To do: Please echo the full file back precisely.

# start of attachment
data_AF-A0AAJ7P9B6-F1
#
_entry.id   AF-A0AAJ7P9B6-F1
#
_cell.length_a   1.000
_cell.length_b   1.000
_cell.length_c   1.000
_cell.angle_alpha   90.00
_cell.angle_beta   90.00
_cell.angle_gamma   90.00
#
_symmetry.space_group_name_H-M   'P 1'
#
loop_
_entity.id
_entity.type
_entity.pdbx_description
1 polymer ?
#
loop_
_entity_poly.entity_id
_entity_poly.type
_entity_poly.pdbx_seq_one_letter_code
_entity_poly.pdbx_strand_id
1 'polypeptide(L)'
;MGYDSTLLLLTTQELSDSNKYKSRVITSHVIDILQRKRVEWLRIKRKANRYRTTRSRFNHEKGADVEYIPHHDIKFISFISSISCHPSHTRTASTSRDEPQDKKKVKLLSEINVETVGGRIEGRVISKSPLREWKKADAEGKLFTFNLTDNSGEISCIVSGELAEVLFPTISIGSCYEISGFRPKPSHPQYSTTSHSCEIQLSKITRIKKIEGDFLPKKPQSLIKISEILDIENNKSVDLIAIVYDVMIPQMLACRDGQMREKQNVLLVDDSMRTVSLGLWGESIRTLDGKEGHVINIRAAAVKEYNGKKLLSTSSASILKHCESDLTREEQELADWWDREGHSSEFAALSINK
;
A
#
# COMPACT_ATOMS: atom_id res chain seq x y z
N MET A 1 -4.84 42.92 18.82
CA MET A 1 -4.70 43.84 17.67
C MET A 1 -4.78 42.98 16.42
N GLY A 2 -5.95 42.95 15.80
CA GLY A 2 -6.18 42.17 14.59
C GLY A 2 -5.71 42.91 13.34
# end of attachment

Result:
data_AF-A0AAJ7P9B6-F1
#
_entry.id   AF-A0AAJ7P9B6-F1
#
_cell.length_a   1.000
_cell.length_b   1.000
_cell.length_c   1.000
_cell.angle_alpha   90.00
_cell.angle_beta   90.00
_cell.angle_gamma   90.00
#
_symmetry.space_group_name_H-M   'P 1'
#
loop_
_entity.id
_entity.type
_entity.pdbx_description
1 polymer ?
#
loop_
_entity_poly.entity_id
_entity_poly.type
_entity_poly.pdbx_seq_one_letter_code
_entity_poly.pdbx_strand_id
1 'polypeptide(L)'
;MGYDSTLLLLTTQELSDSNKYKSRVITSHVIDILQRKRVEWLRIKRKANRYRTTRSRFNHEKGADVEYIPHHDIKFISFISSISCHPSHTRTASTSRDEPQDKKKVKLLSEINVETVGGRIEGRVISKSPLREWKKADAEGKLFTFNLTDNSGEISCIVSGELAEVLFPTISIGSCYEISGFRPKPSHPQYSTTSHSCEIQLSKITRIKKIEGDFLPKKPQSLIKISEILDIENNKSVDLIAIVYDVMIPQMLACRDGQMREKQNVLLVDDSMRTVSLGLWGESIRTLDGKEGHVINIRAAAVKEYNGKKLLSTSSASILKHCESDLTREEQELADWWDREGHSSEFAALSINK
;
A
#
# COMPACT_ATOMS: atom_id res chain seq x y z
N MET A 1 -4.84 42.92 18.82
CA MET A 1 -4.70 43.84 17.67
C MET A 1 -4.78 42.98 16.42
N GLY A 2 -5.95 42.95 15.80
CA GLY A 2 -6.18 42.17 14.59
C GLY A 2 -5.71 42.91 13.34